Enhanced mitigation of nitrate in groundwater

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As a result of funding for Freshwater research announced by the government in the budget in 2016, ESR has a new project aimed at developing new methods for inducing denitrification in groundwater systems.

New Zealand’s alluvial aquifers in Canterbury, Hawkes Bay, Wairarapa, Southland, Waimea and Marlborough support highly productive agricultural systems through the supply of irrigation water. However, the enhanced production increases fertiliser use and production of animal waste and the nitrogen from these products washes straight through the alluvial soils, into the aquifers, which have little capacity to reduce the nitrates. These aquifers feed lakes and rivers, putting ever increasing quantities of nitrates into the environments loved by New Zealanders. The tension between primary sector productivity goals and environmental limits is increasing with the likelihood of production being significantly constrained in many catchments (e.g. Canterbury, Hawkes' Bay).

Our over-arching research question is “Can we sustainably reduce N fluxes in fast-flowing alluvial aquifers, in which natural N attenuation is insignificant, by inducing conditions conducive to denitrification?”

Alluvial aquifers are characterised by fast and heterogeneous groundwater flow patterns and these present significant challenges for the development, design and implementation of remediation options. Permeable channels exist which have much higher flow within them meaning that residence times within a barrier may be reduced and hence sufficient denitrification may not occur. We are going to develop and use shallow geophysical techniques such as ground penetrating radar and electrical resistivity to identify where these permeable channels are located and adjust the design of the barrier in these areas.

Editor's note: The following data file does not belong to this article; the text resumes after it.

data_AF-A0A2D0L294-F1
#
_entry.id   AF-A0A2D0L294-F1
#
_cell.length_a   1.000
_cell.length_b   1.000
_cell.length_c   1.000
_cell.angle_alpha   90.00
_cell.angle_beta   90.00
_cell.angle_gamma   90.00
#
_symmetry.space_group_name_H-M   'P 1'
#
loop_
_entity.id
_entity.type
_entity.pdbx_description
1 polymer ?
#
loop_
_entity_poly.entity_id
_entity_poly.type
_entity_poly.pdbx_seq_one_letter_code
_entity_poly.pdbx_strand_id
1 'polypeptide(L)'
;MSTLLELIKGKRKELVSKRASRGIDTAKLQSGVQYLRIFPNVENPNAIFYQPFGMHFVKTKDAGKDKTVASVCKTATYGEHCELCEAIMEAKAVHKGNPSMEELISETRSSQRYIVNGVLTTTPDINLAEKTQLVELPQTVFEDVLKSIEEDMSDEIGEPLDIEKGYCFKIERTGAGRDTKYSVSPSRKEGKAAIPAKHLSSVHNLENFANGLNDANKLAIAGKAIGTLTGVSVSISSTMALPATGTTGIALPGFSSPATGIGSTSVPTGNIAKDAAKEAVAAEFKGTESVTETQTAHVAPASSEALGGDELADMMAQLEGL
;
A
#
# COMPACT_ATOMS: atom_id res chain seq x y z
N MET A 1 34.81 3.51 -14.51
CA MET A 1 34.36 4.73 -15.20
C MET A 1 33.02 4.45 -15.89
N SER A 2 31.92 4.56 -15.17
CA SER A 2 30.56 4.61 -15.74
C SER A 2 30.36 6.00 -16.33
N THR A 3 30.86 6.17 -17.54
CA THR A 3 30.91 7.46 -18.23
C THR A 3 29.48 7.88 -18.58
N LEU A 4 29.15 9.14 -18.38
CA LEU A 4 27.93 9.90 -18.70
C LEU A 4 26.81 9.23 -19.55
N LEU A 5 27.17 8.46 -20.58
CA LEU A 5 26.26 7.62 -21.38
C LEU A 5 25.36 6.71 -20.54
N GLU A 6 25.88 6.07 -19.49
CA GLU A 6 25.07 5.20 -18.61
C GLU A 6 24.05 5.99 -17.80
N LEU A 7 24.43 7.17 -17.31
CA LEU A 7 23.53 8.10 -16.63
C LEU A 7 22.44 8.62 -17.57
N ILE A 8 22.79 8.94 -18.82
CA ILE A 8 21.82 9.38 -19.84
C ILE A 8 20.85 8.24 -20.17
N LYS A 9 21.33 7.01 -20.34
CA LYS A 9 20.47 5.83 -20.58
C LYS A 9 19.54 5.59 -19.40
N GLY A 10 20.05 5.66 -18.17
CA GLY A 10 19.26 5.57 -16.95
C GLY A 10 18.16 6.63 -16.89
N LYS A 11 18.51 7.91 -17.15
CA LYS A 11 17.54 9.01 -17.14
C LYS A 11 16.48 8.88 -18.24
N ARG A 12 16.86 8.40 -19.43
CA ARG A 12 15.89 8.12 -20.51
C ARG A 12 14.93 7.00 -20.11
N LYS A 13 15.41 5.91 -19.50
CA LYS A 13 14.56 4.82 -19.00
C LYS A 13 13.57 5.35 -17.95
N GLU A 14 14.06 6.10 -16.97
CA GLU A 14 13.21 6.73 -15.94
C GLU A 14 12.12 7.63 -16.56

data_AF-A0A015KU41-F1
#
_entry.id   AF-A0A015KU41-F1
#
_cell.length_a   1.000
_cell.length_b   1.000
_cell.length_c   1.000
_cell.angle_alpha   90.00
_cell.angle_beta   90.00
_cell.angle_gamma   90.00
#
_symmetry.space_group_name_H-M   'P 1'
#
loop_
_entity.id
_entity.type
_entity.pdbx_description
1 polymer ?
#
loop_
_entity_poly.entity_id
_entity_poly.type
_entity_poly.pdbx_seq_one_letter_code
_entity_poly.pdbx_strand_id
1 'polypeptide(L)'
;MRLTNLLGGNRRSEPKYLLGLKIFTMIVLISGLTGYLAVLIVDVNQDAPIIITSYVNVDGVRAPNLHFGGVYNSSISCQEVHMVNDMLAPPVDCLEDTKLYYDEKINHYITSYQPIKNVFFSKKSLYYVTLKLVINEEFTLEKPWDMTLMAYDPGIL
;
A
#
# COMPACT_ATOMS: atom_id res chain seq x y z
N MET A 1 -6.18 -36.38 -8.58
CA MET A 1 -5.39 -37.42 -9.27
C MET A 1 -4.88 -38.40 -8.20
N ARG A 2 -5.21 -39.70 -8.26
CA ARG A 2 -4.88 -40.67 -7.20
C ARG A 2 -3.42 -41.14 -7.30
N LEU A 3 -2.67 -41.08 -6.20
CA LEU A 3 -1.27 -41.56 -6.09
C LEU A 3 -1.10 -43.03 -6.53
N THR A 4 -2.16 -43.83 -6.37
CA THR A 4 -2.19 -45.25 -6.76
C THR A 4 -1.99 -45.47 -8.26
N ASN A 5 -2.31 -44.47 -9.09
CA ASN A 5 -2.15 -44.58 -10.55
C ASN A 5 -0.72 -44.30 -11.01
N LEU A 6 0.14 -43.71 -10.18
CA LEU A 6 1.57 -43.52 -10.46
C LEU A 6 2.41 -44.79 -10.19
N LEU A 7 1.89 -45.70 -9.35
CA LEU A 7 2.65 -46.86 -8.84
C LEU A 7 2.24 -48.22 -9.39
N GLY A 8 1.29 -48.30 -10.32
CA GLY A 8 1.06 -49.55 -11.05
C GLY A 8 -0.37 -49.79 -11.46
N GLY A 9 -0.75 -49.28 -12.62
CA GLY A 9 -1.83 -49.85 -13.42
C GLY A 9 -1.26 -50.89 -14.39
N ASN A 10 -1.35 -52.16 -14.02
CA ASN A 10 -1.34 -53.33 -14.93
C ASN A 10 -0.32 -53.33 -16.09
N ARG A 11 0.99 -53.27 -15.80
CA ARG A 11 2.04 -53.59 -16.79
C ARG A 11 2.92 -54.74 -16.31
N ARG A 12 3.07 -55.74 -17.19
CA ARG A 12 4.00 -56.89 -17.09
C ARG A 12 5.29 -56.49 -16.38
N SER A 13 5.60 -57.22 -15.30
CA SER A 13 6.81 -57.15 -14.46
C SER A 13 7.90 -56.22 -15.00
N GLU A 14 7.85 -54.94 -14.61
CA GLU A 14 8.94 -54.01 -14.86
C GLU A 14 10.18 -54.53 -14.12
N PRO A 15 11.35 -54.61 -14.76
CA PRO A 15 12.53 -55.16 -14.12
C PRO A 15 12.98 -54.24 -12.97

We are developing innovative approaches such as Biogas Induced Denitrification (BID) in groundwater and denitrifying Permeable Reactive Barriers (PRB). These are being coupled with aquifer characterisation using advanced shallow depth geophysics, DNA tracers and groundwater microbial community analysis to enable the effective design, delivery and implementation of these mitigation tools. A third technology being trialed is the use of denitrifying bioreactors to treat nitrate from artificial drains. These new methods for on-farm denitrification will enable more sustainable farming systems. It is estimated that our technology can reduce nitrogen by around 13 kgN/ha/yr, which is a significant proportion of required reductions (typically 10 – 30 kgN/ha/yr.

Our research team includes people from ESR, Lincoln Agritech(external link) (external link) Aqualinc Research(external link) (external link) Southern Geophysical(external link) (external link)  and University of Canterbury(external link) (external link) . They encompass the necessary areas of expertise in subsurface nitrate and denitrification research, groundwater redox conditions, shallow geophysics, subsurface microbial ecology, vadose zone processes, and modelling of key groundwater processes. Particularly interesting aspects of the research includes using geophysics to identify where water is moving rapidly underground and using genomic techniques to monitor which microbes remove nitrates from water. Ngāi Tahu Farming, Environment Canterbury, and Hawkes Bay Regional Council have all been involved in proposal development and will assist with field site selection, actively monitor progress and results, be involved in testing and look for application opportunities for our new denitrification technology.